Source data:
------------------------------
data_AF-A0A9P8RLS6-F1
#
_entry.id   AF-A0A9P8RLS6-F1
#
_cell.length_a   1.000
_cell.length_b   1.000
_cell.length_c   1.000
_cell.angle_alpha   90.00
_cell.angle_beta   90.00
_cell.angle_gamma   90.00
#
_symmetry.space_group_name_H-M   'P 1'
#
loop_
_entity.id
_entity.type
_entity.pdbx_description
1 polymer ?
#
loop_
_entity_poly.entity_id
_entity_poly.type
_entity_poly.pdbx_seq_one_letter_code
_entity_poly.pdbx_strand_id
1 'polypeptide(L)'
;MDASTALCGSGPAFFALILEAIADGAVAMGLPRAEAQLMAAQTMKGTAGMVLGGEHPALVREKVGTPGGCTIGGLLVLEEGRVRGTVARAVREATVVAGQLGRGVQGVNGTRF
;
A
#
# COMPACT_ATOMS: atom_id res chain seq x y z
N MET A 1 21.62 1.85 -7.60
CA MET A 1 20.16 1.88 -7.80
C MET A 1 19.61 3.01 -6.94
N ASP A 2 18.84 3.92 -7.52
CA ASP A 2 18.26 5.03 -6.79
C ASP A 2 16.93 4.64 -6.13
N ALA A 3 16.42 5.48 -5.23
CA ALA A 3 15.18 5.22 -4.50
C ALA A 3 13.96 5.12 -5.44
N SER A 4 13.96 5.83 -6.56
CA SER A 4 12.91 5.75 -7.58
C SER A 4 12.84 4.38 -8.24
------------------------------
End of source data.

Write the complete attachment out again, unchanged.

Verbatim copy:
data_AF-A0A9P8RLS6-F1
#
_entry.id   AF-A0A9P8RLS6-F1
#
_cell.length_a   1.000
_cell.length_b   1.000
_cell.length_c   1.000
_cell.angle_alpha   90.00
_cell.angle_beta   90.00
_cell.angle_gamma   90.00
#
_symmetry.space_group_name_H-M   'P 1'
#
loop_
_entity.id
_entity.type
_entity.pdbx_description
1 polymer ?
#
loop_
_entity_poly.entity_id
_entity_poly.type
_entity_poly.pdbx_seq_one_letter_code
_entity_poly.pdbx_strand_id
1 'polypeptide(L)'
;MDASTALCGSGPAFFALILEAIADGAVAMGLPRAEAQLMAAQTMKGTAGMVLGGEHPALVREKVGTPGGCTIGGLLVLEEGRVRGTVARAVREATVVAGQLGRGVQGVNGTRF
;
A
#
# COMPACT_ATOMS: atom_id res chain seq x y z
N MET A 1 21.62 1.85 -7.60
CA MET A 1 20.16 1.88 -7.80
C MET A 1 19.61 3.01 -6.94
N ASP A 2 18.84 3.92 -7.52
CA ASP A 2 18.26 5.03 -6.79
C ASP A 2 16.93 4.64 -6.13
N ALA A 3 16.42 5.48 -5.23
CA ALA A 3 15.18 5.22 -4.50
C ALA A 3 13.96 5.12 -5.44
N SER A 4 13.96 5.83 -6.56
CA SER A 4 12.91 5.75 -7.58
C SER A 4 12.84 4.38 -8.24